Whistler native Canada's best medal hope
By ERIC FRANCIS, SUN MEDIA
Manuel Osborne-Paradis has heard enough about the injuries dominating the World Cup skiing headlines.
The 25-year-old Whistler native insists he isn't bothered by the rash of season-ending injuries decimating his sport and, quite frankly, he doesn't think people should be talking so much about them.
"I've been reading all the stuff on the Internet and it's insane," said Osborne-Paradis from his hotel room in Austria.
"There's more articles on the injuries than people doing well. There are three guys on the podium and not three guys getting injured every time. It's not the first year injuries have happened. People are focusing too much on the negative."
With two wins in his pocket this season, the world's fourth-ranked downhiller has clearly supplanted injured teammate John Kucera as Canada's best medal hope in his hometown next month.
And he's done so without the help of psychologists who've worked overtime on the men's and women's circuit to help most athletes cope with the emotion involved with seeing comrades carted off hills with unprecedented regularity.
"It's something FIS needs to look at but I think it's been blown out of proportion," he said of the injuries.
"It's supposed to bug you, I think. You're not supposed to see someone get hurt and feel nothing. But I think guys on our team are good at putting that out of their mind. If you're thinking about things like that before your run it's time to call up somebody I guess. But if you've made it this far and course conditions and injuries affect you ... I don't think you've actually made it this far."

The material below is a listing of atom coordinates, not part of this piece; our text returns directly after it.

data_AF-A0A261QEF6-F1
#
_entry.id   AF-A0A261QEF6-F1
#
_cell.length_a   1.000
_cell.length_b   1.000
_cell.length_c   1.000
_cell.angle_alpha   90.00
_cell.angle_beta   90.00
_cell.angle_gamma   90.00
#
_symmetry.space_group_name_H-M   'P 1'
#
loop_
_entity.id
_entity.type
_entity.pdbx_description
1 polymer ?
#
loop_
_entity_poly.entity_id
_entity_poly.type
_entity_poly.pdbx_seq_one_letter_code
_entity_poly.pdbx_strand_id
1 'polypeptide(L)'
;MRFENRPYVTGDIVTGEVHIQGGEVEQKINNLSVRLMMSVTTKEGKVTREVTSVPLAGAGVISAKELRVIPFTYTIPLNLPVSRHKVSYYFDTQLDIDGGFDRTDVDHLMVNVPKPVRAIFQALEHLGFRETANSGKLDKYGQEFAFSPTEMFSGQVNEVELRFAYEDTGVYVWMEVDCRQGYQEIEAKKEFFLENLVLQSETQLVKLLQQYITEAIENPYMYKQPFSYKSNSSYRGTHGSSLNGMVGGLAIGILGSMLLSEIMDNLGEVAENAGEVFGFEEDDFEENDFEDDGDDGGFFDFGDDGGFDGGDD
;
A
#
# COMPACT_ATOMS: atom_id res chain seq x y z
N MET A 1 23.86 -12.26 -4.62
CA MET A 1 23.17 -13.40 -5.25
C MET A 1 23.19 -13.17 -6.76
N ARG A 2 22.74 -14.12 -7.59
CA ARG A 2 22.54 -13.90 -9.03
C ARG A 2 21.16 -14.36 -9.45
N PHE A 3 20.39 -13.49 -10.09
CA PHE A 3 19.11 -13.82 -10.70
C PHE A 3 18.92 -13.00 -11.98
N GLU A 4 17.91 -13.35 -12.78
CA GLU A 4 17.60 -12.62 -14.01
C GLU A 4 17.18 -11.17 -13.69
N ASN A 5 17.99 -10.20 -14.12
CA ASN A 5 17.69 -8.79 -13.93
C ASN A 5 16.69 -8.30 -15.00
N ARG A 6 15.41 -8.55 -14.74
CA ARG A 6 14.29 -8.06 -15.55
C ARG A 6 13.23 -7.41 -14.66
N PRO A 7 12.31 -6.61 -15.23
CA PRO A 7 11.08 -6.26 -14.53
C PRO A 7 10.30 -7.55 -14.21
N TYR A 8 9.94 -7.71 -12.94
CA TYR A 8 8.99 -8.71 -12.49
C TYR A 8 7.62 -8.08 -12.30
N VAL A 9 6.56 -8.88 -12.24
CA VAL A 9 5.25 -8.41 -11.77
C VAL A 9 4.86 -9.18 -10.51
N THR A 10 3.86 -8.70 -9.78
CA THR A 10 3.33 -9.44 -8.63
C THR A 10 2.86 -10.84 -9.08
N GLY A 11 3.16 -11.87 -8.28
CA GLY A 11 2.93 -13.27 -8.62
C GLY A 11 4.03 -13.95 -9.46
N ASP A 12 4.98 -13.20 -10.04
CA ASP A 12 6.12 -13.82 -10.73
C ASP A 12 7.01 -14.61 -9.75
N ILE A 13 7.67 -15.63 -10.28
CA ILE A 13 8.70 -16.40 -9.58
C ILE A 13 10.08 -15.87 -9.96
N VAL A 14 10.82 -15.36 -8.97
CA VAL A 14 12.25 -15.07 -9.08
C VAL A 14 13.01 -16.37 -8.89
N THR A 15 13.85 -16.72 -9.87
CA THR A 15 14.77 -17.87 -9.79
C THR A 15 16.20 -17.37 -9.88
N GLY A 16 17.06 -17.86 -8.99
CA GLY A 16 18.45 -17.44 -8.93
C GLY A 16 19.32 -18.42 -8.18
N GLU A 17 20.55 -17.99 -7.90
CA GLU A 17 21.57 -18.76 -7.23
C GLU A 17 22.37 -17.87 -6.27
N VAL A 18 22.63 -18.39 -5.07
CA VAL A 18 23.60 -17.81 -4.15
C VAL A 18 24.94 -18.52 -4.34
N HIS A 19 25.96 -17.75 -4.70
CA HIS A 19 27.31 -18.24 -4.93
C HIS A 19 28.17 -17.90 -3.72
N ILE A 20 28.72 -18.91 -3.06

Make no mistake, the personable speedster has great compassion for Kucera, Francois Bourque and J.P. Roy, who all had their season's end early. But he says the level of professionalism each one of them exhibited after having their Olympic hopes shattered has made their loss easier to swallow. And through it all, he's managed to have his best year to date.
"Wins are wins because of baby steps made over the years," he said of his success this year.
"I'm skiing better in races I've had problems with in the past but we're only half done."
With conventional wisdom suggesting most skiers peak nearing the end of the season, Osborne-Paradis is brimming with confidence heading down the Olympic stretch run.
"Of the five races left, four of the courses I love and the other is Kitzbuhel -- terrifying, but I feel I'm in good position to ski it hard."
And that's the way he'll attack things despite fears that hold some racers back so close to the Olympics.
"You have to keep that fiery edge especially in downhill," said Osborne-Paradis, also ranked fourth in Super G.
"You have to push the envelope all the time so you can get fairly safe in a very dangerous environment. You want to do well here and feel invincible for the Olympics."